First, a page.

The last paragraph of the news in Asian Tribune reads, ?Speaking on the same issue in the Lok Sabha on Friday, the MP drew the attention of the Union power minister SK Shinde to the matter and urged the Central government to stop the move for construction of the Tipaimukh Dam forever?, where as the same lines were used in the Manipur daily: ?Speaking on the same issue in the Lok Sabha on Friday, the MP drew the attention of the Union power minister SK Shinde to the matter and urged the Central government to stop the move for construction of the Tipaimukh Dam forever.?

While this writer contacted Pradip Phanjoubam, the editor of The Imphal Free Press, he expressed ignorance about his newspaper's stories being  reprinted on the news portal. Reacting from the Manipur capital he said he was shocked, and denied having any tie up with the Asian Tribune, which might have allowed the portal to reprint the stories. The story on Tipaimukh Hydro-electric dam was done by his own correspondent, confirmed Mr Phanjoubam.

On March 7, T Siamchinthang reported on malaria, dysentery and hepatitis occurring on the Indo-Burma border for the Asian Tribune, where as the same story was uploaded by Burma News International on an earlier day. ?Lamka, 07 March, ( Asiantribune.com): Unusual as it is, malaria, dysentery and hepatitis has spread during the cold season in Thantlang Township¿s border area, Chin state, Burma. A report says that malaria, dysentery and hepatitis spread in Thantlang Township in February. While adults have also been infected children are reportedly the most affected,? said the report by T Siamchinthang. The Burma News International reported on Mon 06 Mar 2006 (Khonumthung News) Unusual as it is, malaria, dysentery and hepatitis has spread during the cold season in Thantlang Township¿s border area, Chin state, Burma. A report says that malaria, dysentery and hepatitis spread in Thantlang Township in February. While adults have also been infected children are reportedly the most affected.?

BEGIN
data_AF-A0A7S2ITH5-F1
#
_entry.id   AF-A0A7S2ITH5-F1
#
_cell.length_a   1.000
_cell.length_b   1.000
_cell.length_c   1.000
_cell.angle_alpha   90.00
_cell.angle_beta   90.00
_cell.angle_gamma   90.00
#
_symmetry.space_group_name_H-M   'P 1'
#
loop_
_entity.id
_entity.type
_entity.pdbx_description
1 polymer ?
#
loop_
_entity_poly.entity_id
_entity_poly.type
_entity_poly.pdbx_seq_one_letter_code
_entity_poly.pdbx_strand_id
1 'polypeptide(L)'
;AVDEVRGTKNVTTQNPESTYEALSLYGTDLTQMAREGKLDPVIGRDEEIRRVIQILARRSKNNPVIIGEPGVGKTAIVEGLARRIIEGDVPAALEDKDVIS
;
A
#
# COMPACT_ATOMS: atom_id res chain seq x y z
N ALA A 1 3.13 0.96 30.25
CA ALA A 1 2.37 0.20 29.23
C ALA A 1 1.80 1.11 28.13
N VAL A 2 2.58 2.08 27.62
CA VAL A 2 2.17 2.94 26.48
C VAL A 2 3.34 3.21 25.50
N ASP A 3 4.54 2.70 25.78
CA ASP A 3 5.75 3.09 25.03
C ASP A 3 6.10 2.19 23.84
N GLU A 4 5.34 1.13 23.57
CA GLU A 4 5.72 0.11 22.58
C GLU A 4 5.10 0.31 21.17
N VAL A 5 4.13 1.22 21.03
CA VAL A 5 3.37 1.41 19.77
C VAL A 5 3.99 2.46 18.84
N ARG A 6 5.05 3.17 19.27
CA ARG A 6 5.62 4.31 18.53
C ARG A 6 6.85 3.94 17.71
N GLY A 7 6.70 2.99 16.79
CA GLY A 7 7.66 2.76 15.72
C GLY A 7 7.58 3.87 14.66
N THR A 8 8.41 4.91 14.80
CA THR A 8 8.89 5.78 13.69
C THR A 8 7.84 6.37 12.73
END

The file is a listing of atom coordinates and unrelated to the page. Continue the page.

Similarly Asian Tribune (contributed by T Siamchinthang ) flashed a story on Bangladesh busting Myanmar rebels¿ camp as ?Lamka, 06 March, (Asiantribune.com ): Troops busted a jungle hideout in southeast Bangladesh and seized weapons which they believed were stored by rebels from neighboring Myanmar and could also be used by Islamist militants fighting for Sharia law in Bangladesh.? Amazingly, the international news agency Reuters reported the incident same day from Dhaka as ?Troops busted a jungle hideout in southeast Bangladesh and seized weapons which they believed were stored by rebels from neighboring Myanmar and could also be used by Islamist militants fighting for sharia law in Bangladesh.?